By contrast, the ambient light has to pass a first time through the polarizer 23 and the quarter wave plate 62 before reaching the diffuser; after back-scattering, it passes through the quarter wave plate 62 again, and is stopped by the polarizer 23; in other words, the circular polarizer constituted by the polarizer 23 and the quarter wave plate 62, produces right-hand circular light from the ambient light; however, circularly polarized light, at reflection, reverses its direction of propagation but retains its direction of rotation; this right-hand circularly polarized light is thus transformed, after back-scattering from the diffuser 4, into left-hand circularly polarized light whose direction of rotation is thus opposite to that of the scattered light coming from the modulator; this back-scattered light, after passing through the quarter wave plate 62, is converted into linearly polarized light at 90° to the linear polarization of the light coming from the modulator, and thus at 90° to the polarization of the linear polarizer 23, with the result that it is wholly blocked.
It is possible, of course, without departing from the scope of the invention, and considering FIGS. 3, 4 and 5 to modify the orientation of the quarter wave plate 61 and 62 in relation to the polarization directions of the polarizers 22 and 23, by simultaneously rotating these two plates through 90° . The circular polarizers constituted by the assembly of the linear analyser and the quarter wave plate, then each produce left-hand circularly polarized light instead of right-hand circular polarized light.
It is equally obvious that in the device shown in FIGS. 3 and 4, one of the quarter wave plates or indeed both, can be replaced by three-quarter wave plates, five-quarter wave plates etcetera, etcetera, provided that the neutral axes are suitably aligned in relation to the polarization direction defined by the linear analyser. It should be borne in mind in this context that the direction of rotation of the circularly polarized light produced by a circular polarizer, remains unchanged if the quarter wave plate introducing a phase shift of π/2, is replaced by a plate having the same neutral axis orientation, but introducing a phase-shift equal to (1 + 4k) π/2 or by a plate having its neutral axes orientated at 90° to the preceding quarter wave plate and introducing a phase shift equal to (3 + 4k) π/2 (where k is an arbitrary integer).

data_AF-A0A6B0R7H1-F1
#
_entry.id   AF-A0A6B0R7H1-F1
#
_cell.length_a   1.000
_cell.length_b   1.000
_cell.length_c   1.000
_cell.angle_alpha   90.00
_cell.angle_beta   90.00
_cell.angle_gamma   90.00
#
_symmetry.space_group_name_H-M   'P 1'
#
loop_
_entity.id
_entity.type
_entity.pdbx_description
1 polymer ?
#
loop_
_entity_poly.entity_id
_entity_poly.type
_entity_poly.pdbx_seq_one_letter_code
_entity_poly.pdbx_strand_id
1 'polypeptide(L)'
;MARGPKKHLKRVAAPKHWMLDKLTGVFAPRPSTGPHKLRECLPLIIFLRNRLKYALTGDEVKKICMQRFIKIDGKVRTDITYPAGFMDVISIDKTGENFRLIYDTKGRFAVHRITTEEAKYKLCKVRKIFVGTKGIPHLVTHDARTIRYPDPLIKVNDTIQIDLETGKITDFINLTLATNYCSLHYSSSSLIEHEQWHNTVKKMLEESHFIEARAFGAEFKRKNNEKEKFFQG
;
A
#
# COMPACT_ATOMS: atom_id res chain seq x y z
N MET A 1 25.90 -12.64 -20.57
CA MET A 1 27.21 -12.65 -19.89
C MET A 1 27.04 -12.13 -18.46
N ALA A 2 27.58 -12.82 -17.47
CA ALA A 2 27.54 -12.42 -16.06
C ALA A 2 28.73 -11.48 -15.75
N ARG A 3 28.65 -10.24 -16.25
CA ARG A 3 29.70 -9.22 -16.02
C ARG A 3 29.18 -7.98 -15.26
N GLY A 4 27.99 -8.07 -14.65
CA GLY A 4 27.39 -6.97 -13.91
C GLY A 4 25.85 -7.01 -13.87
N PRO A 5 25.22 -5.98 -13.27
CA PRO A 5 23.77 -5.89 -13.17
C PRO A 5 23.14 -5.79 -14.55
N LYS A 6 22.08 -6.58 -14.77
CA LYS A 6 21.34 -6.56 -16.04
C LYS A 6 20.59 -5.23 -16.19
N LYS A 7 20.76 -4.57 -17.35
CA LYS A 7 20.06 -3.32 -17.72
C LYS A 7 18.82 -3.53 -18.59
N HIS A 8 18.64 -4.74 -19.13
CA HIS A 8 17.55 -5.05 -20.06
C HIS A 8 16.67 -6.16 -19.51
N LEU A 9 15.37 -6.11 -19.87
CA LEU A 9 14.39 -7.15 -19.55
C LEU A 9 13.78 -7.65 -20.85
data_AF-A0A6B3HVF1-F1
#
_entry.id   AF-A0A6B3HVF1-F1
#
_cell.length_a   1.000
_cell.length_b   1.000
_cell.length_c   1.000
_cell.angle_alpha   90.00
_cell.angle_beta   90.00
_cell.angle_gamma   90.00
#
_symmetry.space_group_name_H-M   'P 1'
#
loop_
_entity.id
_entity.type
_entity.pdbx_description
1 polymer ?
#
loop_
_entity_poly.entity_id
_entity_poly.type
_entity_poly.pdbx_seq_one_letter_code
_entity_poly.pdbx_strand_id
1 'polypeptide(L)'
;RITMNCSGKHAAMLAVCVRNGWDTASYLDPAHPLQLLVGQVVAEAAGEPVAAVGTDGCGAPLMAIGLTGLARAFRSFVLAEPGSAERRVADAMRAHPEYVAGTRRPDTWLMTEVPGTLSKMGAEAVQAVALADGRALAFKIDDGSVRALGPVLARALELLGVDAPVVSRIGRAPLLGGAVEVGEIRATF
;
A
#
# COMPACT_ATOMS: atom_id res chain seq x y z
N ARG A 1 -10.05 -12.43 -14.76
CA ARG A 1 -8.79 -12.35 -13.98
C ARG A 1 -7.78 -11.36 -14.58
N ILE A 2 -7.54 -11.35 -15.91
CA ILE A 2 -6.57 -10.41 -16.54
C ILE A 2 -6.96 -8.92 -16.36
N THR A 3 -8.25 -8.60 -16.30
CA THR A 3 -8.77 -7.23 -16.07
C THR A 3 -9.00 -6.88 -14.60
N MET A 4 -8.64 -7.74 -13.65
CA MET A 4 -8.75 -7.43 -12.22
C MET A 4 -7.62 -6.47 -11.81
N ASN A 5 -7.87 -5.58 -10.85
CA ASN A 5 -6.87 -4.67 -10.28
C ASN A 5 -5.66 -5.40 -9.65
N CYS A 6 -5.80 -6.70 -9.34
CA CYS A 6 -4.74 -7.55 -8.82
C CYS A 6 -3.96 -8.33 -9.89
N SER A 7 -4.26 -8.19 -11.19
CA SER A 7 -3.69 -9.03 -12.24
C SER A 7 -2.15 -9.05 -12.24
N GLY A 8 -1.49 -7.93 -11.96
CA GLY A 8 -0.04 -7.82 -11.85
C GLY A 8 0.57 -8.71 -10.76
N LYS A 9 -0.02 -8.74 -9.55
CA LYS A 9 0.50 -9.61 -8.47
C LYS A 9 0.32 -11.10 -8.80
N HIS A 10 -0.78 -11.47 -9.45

It is essential for the proper operation of the improvement hereinbefore described, not only that the diffuser 4 should not depolarize the light which it scatters, but also that it should be perfectly isotropic vis-a-vis the polarized light so that it does not convert to elliptical light the circularly polarized light which it scatters or back-scatters. By way of non-limitative example, the paper "Kodatrace" constitutes a suitable diffuser.
In the context of the device shown in FIG. 3, a very compact combination can be achieved by attaching to either side of a "Kodatrace" diffuser sheet, right-hand or left-hand circular polarizers cut from one and the same sheet of type "Polarod HNCP 37" circular polarizer.
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|EP0270169A1 *||Nov 24, 1987||Jun 8, 1988||North American Philips Corporation||Liquid crystal display projection having improved contrast|
|EP0295913A2 *||Jun 16, 1988||Dec 21, 1988||Sharp Kabushiki Kaisha||Projection type liquid crystal display device|
|EP0926574A1 *||Dec 22, 1997||Jun 30, 1999||Asulab S.A.||Display combination with two superimposed display elements|
|WO1999032945A1 *||Dec 17, 1998||Jul 1, 1999||Asulab Sa||Display assembly comprising two superposed display devices|
|U.S. Classification||353/20, 359/249, 349/112, 349/117, 349/137, 359/250, 349/102, 359/489.07, 359/483.01|
|International Classification||G02F1/13357, G02F1/1335, G09F9/00|
|Cooperative Classification||G02F1/133528, G02F2001/133638, G02F2413/07, G02F1/1336, G02F1/133553, G02F2413/02|